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Rem Kolhaas (OMA)

The Seattle’s Library’s various programs are intuitively arranged across five platforms and four flowing “in between” planes, which together dictate the building’s distinctive faceted shape, offering the city an inspiring building that is robust in both its elegance and its logic.

BIG

The VM House by BIG in Copenhagen is an apartment housing that consists of two buildings in the shapes of letters ‘V’ and ‘M.’ A V-shaped building and an M-shaped building are matched in a new-concept apartment housing based on rational and functional reasons rather than aesthetic interests.

Now, if this is something you are interested in, you might be asking yourslef some of these questions

How big should be project be?

It is up to you, however, the site itself should dictate the scale of the building. For example, just by looking at its dimensions you’ll probably straight up disregard the idea of a single house, and the surrounding buildings will probably also make you reconsider a super high skyscraper. Makes sense, right?

There is not maximum construction area or height. You are not obligated to build on the entire site either. Voids can be just as powerful as volumes, so feel free to create outdoor areas and empty spaces as much as constructed volumes.

What type of building should this be?

It can be anything you want. A school, a mall, an office building, a police station, a hospital, a bus station, housing… The decision is yours to make, and remember you must include this information “what is this building” in your diagram so that the jury can have a little bit of context when reviewing your submission.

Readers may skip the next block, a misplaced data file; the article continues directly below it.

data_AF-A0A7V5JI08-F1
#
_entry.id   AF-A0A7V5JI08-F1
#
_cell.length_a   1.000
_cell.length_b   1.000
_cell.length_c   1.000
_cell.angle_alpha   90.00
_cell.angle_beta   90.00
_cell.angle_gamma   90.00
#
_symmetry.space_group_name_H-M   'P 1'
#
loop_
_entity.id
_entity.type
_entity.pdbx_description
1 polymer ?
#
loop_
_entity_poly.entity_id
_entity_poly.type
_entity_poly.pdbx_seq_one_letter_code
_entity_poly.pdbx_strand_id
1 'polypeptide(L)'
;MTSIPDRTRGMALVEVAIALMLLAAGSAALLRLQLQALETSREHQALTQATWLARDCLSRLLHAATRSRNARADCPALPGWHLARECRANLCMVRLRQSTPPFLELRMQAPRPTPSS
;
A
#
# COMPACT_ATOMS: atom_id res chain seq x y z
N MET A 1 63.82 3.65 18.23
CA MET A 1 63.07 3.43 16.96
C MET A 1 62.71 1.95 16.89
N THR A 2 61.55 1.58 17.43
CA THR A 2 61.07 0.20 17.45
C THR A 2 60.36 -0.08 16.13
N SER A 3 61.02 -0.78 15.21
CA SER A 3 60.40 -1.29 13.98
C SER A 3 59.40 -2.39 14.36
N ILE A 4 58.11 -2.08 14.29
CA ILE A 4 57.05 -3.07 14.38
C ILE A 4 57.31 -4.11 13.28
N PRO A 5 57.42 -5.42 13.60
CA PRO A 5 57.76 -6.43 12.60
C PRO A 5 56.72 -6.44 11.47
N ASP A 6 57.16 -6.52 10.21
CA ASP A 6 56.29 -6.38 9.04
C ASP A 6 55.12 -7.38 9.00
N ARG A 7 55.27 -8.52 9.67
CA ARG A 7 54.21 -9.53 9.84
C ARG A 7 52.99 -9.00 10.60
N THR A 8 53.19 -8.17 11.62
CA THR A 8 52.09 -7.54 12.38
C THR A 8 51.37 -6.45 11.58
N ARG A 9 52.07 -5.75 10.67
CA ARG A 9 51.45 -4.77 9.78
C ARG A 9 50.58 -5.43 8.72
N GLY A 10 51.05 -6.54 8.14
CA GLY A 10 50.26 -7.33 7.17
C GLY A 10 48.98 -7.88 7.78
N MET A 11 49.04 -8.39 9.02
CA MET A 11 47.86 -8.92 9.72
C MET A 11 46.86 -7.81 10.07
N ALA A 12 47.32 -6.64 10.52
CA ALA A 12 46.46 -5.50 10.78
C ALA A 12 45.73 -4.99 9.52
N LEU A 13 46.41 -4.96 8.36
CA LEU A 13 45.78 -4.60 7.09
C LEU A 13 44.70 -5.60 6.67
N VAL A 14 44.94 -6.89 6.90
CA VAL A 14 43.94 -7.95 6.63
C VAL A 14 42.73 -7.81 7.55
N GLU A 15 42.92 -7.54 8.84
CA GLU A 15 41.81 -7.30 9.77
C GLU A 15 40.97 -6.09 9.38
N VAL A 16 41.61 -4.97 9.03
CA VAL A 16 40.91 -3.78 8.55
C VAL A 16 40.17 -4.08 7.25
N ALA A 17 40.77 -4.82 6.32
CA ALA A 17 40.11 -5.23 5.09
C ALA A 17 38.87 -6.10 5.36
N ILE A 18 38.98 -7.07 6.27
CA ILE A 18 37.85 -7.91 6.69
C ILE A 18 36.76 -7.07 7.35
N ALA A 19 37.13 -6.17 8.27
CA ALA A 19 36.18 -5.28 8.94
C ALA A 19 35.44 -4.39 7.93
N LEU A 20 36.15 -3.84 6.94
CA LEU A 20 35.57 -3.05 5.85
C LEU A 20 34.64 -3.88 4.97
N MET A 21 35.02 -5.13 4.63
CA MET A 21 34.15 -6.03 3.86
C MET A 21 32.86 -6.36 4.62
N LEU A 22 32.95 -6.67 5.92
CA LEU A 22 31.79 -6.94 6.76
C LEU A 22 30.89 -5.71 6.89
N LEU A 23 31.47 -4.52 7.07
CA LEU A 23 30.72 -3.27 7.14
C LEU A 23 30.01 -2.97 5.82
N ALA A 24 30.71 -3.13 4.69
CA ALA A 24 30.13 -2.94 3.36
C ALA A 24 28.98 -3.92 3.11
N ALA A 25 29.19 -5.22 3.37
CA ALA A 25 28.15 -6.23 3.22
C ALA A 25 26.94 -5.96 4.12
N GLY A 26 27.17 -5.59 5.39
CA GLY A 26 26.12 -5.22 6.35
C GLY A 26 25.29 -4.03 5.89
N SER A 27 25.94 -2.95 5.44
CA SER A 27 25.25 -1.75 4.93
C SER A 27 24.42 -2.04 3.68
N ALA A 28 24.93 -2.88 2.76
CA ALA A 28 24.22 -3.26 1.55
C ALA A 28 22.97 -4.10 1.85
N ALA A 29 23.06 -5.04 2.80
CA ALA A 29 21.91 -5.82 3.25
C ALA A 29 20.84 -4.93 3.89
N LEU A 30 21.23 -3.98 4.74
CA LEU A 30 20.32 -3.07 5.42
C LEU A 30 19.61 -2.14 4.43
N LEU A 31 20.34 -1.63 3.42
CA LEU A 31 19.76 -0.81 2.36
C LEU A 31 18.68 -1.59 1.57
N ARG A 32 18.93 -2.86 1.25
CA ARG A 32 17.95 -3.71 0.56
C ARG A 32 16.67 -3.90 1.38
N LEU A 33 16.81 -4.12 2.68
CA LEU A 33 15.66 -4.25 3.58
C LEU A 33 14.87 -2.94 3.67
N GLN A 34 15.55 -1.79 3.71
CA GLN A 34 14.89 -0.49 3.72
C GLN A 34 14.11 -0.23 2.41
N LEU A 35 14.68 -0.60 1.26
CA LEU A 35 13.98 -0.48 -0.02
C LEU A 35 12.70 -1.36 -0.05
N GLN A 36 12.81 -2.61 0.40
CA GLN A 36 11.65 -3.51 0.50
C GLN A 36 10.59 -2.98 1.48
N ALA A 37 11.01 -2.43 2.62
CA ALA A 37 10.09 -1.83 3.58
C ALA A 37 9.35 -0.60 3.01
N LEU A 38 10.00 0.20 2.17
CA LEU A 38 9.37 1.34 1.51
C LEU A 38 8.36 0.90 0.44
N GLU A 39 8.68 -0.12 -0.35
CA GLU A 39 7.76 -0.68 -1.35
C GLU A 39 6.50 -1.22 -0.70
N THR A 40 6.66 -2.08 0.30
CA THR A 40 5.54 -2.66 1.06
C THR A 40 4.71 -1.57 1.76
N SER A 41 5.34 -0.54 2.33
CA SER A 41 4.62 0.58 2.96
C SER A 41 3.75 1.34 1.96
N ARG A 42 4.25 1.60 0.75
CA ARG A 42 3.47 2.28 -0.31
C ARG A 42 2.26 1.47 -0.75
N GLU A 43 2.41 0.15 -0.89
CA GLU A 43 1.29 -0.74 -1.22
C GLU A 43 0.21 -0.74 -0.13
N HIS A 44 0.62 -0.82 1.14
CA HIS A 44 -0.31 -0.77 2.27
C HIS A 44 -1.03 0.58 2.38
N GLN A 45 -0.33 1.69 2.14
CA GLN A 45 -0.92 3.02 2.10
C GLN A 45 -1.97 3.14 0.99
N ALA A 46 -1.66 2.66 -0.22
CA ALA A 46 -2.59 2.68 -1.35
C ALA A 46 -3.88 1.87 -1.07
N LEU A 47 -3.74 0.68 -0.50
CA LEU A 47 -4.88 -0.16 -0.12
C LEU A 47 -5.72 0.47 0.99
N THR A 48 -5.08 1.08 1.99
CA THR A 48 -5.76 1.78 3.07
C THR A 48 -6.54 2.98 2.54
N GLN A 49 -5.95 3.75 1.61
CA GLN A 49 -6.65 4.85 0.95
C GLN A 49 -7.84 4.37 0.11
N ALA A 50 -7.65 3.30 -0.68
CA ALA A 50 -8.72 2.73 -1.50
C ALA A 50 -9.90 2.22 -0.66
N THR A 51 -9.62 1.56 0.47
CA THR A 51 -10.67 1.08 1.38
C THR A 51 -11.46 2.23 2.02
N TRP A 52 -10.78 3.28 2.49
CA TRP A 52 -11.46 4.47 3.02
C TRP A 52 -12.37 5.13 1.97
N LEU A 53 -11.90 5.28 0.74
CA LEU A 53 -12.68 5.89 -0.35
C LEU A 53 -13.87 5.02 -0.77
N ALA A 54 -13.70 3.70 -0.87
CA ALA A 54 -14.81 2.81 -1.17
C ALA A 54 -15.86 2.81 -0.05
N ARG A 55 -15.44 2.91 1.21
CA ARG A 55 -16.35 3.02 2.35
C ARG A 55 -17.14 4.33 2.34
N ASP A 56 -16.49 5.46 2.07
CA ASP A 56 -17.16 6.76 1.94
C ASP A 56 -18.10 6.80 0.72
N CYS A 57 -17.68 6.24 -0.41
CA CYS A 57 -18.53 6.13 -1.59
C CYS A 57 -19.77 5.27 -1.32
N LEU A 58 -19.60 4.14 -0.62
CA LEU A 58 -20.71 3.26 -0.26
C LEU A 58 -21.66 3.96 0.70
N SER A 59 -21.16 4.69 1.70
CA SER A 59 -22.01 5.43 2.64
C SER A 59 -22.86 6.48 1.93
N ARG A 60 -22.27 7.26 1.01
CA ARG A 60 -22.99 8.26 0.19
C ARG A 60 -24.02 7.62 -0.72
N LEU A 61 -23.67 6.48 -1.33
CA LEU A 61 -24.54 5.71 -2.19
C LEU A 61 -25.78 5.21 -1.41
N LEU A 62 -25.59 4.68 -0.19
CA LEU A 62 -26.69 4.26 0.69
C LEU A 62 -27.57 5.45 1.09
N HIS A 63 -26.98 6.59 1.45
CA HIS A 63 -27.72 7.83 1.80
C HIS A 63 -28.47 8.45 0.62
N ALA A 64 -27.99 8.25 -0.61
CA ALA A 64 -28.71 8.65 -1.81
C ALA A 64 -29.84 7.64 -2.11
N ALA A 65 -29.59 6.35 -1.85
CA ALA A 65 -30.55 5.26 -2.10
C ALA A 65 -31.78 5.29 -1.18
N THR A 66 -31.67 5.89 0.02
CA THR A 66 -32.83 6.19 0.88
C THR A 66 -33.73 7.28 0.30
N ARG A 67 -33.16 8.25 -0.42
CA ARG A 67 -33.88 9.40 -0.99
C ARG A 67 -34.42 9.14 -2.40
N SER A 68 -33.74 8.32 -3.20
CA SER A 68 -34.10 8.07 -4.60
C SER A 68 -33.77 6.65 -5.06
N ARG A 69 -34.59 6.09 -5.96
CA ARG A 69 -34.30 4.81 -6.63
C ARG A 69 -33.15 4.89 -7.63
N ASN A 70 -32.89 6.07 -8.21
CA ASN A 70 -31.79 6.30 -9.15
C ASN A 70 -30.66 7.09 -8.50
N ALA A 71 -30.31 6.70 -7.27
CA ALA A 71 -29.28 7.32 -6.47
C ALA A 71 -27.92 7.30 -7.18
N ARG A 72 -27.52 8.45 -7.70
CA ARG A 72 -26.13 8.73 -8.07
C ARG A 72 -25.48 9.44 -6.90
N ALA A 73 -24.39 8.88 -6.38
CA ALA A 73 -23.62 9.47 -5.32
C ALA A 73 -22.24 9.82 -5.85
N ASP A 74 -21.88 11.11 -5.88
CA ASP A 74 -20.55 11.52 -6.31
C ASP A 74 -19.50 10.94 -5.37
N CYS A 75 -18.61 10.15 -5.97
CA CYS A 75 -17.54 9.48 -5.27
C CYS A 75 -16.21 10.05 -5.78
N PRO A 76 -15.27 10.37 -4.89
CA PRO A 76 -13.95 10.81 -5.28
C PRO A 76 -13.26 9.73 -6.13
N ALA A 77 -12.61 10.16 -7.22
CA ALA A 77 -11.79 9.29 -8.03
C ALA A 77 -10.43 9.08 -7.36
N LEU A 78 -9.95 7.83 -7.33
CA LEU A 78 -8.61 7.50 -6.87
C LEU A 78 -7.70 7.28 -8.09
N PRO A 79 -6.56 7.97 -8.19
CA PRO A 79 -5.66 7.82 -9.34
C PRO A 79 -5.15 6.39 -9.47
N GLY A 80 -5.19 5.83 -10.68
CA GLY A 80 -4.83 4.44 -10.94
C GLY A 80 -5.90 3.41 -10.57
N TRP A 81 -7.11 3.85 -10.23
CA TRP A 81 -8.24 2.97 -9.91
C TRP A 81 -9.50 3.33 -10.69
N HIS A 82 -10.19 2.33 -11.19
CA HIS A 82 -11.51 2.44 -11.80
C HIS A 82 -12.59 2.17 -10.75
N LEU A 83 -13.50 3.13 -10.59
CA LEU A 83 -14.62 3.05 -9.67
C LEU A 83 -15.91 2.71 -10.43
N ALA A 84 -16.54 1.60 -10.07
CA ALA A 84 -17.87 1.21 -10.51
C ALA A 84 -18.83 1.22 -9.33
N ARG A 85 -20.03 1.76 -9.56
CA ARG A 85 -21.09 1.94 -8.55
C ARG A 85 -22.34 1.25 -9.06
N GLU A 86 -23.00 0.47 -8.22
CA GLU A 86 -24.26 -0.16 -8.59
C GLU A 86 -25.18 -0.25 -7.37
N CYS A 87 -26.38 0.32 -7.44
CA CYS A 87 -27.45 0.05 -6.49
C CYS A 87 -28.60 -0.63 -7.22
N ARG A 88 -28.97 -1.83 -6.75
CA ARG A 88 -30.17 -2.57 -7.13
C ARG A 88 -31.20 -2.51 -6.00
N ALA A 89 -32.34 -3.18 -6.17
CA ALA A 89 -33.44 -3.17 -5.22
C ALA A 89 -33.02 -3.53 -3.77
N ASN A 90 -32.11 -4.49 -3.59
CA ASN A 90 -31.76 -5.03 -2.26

How much detail should my presentation show?

As much as it makes sense for a concept diagram, which usually means as little as possible while making sure someone unfamiliar with the site can understand it. Make sure that every piece of information you include has a purpose. If it doesn’t then you might consider removing it.

How many steps should my sequence have?

As many as you need. BUT. By definition a sequence needs at least 2 steps, and the goal of diagrams is to simplify things, so more than 6 steps will probably start becoming too much for someone to quickly understand and digest.

How much text should my diagram include?

As a rule of thumb, try to keep text to a minimum. A legend can be helpful, labeling each step of your sequence can also help better understanding, and in some cases maybe even adding a sentence or two to go with that title. But don’t forget the goal of diagrams is to convey information in a visual way, so text should only be there to support the visuals.

Where is this site located?

The site proposed is fictional and you decided where in the world it’s located, and therefore the specific environmental conditions it might have. Is it located at an extreme latitude where the sun doesn’t show for half of the year or near the equator where the sun hits at almost 90 degrees all year long? Does it rain much or almost never? Is it windy? Does it flood?

Jury

  • Oliver Uszkurat